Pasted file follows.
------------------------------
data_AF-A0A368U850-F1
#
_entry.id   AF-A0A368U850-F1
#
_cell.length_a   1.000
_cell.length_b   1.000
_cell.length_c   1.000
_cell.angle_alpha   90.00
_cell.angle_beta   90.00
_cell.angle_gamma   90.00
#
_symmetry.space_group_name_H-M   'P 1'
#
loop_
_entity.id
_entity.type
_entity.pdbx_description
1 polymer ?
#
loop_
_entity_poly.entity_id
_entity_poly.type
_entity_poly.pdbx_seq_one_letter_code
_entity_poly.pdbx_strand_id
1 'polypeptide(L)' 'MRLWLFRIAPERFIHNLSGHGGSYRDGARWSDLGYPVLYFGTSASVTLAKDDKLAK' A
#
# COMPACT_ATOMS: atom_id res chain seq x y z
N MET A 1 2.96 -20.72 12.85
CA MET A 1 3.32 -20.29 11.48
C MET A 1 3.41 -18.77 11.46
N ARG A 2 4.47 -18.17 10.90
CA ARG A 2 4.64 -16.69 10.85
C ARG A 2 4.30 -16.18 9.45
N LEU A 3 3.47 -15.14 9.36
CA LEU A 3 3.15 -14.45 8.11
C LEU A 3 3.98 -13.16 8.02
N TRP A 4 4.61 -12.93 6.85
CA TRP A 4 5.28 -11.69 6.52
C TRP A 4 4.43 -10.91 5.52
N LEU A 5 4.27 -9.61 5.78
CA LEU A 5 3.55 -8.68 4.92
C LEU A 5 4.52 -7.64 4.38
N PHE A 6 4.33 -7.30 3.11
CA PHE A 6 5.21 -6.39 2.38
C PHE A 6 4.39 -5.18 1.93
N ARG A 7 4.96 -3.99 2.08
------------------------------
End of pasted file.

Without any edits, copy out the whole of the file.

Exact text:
data_AF-A0A368U850-F1
#
_entry.id   AF-A0A368U850-F1
#
_cell.length_a   1.000
_cell.length_b   1.000
_cell.length_c   1.000
_cell.angle_alpha   90.00
_cell.angle_beta   90.00
_cell.angle_gamma   90.00
#
_symmetry.space_group_name_H-M   'P 1'
#
loop_
_entity.id
_entity.type
_entity.pdbx_description
1 polymer ?
#
loop_
_entity_poly.entity_id
_entity_poly.type
_entity_poly.pdbx_seq_one_letter_code
_entity_poly.pdbx_strand_id
1 'polypeptide(L)' 'MRLWLFRIAPERFIHNLSGHGGSYRDGARWSDLGYPVLYFGTSASVTLAKDDKLAK' A
#
# COMPACT_ATOMS: atom_id res chain seq x y z
N MET A 1 2.96 -20.72 12.85
CA MET A 1 3.32 -20.29 11.48
C MET A 1 3.41 -18.77 11.46
N ARG A 2 4.47 -18.17 10.90
CA ARG A 2 4.64 -16.69 10.85
C ARG A 2 4.30 -16.18 9.45
N LEU A 3 3.47 -15.14 9.36
CA LEU A 3 3.15 -14.45 8.11
C LEU A 3 3.98 -13.16 8.02
N TRP A 4 4.61 -12.93 6.85
CA TRP A 4 5.28 -11.69 6.52
C TRP A 4 4.43 -10.91 5.52
N LEU A 5 4.27 -9.61 5.78
CA LEU A 5 3.55 -8.68 4.92
C LEU A 5 4.52 -7.64 4.38
N PHE A 6 4.33 -7.30 3.11
CA PHE A 6 5.21 -6.39 2.38
C PHE A 6 4.39 -5.18 1.93
N ARG A 7 4.96 -3.99 2.08